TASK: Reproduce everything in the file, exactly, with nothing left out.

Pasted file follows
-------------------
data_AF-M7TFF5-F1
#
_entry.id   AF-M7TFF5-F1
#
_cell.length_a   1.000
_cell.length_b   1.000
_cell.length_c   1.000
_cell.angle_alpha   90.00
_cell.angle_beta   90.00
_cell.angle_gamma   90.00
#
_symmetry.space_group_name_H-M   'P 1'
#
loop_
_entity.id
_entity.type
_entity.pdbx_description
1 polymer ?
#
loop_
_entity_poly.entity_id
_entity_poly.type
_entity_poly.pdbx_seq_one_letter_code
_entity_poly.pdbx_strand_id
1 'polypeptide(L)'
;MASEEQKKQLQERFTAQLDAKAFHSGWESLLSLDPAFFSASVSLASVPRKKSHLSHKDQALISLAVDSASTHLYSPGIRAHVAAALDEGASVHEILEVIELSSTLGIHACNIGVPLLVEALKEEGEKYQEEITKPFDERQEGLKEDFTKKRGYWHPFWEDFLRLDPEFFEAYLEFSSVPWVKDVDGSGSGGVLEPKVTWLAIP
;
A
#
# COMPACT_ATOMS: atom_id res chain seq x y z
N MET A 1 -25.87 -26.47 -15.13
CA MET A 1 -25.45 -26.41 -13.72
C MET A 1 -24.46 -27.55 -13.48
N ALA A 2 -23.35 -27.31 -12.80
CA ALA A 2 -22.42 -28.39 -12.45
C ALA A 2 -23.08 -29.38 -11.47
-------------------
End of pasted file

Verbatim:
data_AF-M7TFF5-F1
#
_entry.id   AF-M7TFF5-F1
#
_cell.length_a   1.000
_cell.length_b   1.000
_cell.length_c   1.000
_cell.angle_alpha   90.00
_cell.angle_beta   90.00
_cell.angle_gamma   90.00
#
_symmetry.space_group_name_H-M   'P 1'
#
loop_
_entity.id
_entity.type
_entity.pdbx_description
1 polymer ?
#
loop_
_entity_poly.entity_id
_entity_poly.type
_entity_poly.pdbx_seq_one_letter_code
_entity_poly.pdbx_strand_id
1 'polypeptide(L)'
;MASEEQKKQLQERFTAQLDAKAFHSGWESLLSLDPAFFSASVSLASVPRKKSHLSHKDQALISLAVDSASTHLYSPGIRAHVAAALDEGASVHEILEVIELSSTLGIHACNIGVPLLVEALKEEGEKYQEEITKPFDERQEGLKEDFTKKRGYWHPFWEDFLRLDPEFFEAYLEFSSVPWVKDVDGSGSGGVLEPKVTWLAIP
;
A
#
# COMPACT_ATOMS: atom_id res chain seq x y z
N MET A 1 -25.87 -26.47 -15.13
CA MET A 1 -25.45 -26.41 -13.72
C MET A 1 -24.46 -27.55 -13.48
N ALA A 2 -23.35 -27.31 -12.80
CA ALA A 2 -22.42 -28.39 -12.45
C ALA A 2 -23.08 -29.38 -11.47